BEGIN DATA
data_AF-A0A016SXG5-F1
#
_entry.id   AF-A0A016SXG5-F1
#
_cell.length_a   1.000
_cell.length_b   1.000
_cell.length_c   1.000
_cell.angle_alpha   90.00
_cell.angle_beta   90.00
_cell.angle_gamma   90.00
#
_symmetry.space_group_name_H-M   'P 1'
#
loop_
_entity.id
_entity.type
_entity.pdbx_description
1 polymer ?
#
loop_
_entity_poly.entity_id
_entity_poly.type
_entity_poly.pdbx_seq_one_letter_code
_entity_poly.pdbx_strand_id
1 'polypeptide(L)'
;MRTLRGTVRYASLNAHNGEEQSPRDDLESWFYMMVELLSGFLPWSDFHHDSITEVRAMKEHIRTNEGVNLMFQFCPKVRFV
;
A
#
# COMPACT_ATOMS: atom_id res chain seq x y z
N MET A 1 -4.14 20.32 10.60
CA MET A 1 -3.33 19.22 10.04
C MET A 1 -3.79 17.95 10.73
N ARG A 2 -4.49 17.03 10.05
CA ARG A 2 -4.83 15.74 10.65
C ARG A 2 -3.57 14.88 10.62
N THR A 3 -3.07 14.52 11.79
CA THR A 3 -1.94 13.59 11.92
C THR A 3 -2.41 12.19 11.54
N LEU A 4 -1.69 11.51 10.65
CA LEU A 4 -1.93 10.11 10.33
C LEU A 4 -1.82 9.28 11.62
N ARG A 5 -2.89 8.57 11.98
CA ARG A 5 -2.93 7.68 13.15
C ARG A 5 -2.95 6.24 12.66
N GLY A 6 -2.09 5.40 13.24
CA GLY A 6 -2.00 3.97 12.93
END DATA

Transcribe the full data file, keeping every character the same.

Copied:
data_AF-A0A016SXG5-F1
#
_entry.id   AF-A0A016SXG5-F1
#
_cell.length_a   1.000
_cell.length_b   1.000
_cell.length_c   1.000
_cell.angle_alpha   90.00
_cell.angle_beta   90.00
_cell.angle_gamma   90.00
#
_symmetry.space_group_name_H-M   'P 1'
#
loop_
_entity.id
_entity.type
_entity.pdbx_description
1 polymer ?
#
loop_
_entity_poly.entity_id
_entity_poly.type
_entity_poly.pdbx_seq_one_letter_code
_entity_poly.pdbx_strand_id
1 'polypeptide(L)'
;MRTLRGTVRYASLNAHNGEEQSPRDDLESWFYMMVELLSGFLPWSDFHHDSITEVRAMKEHIRTNEGVNLMFQFCPKVRFV
;
A
#
# COMPACT_ATOMS: atom_id res chain seq x y z
N MET A 1 -4.14 20.32 10.60
CA MET A 1 -3.33 19.22 10.04
C MET A 1 -3.79 17.95 10.73
N ARG A 2 -4.49 17.03 10.05
CA ARG A 2 -4.83 15.74 10.65
C ARG A 2 -3.57 14.88 10.62
N THR A 3 -3.07 14.52 11.79
CA THR A 3 -1.94 13.59 11.92
C THR A 3 -2.41 12.19 11.54
N LEU A 4 -1.69 11.51 10.65
CA LEU A 4 -1.93 10.11 10.33
C LEU A 4 -1.82 9.28 11.62
N ARG A 5 -2.89 8.57 11.98
CA ARG A 5 -2.93 7.68 13.15
C ARG A 5 -2.95 6.24 12.66
N GLY A 6 -2.09 5.40 13.24
CA GLY A 6 -2.00 3.97 12.93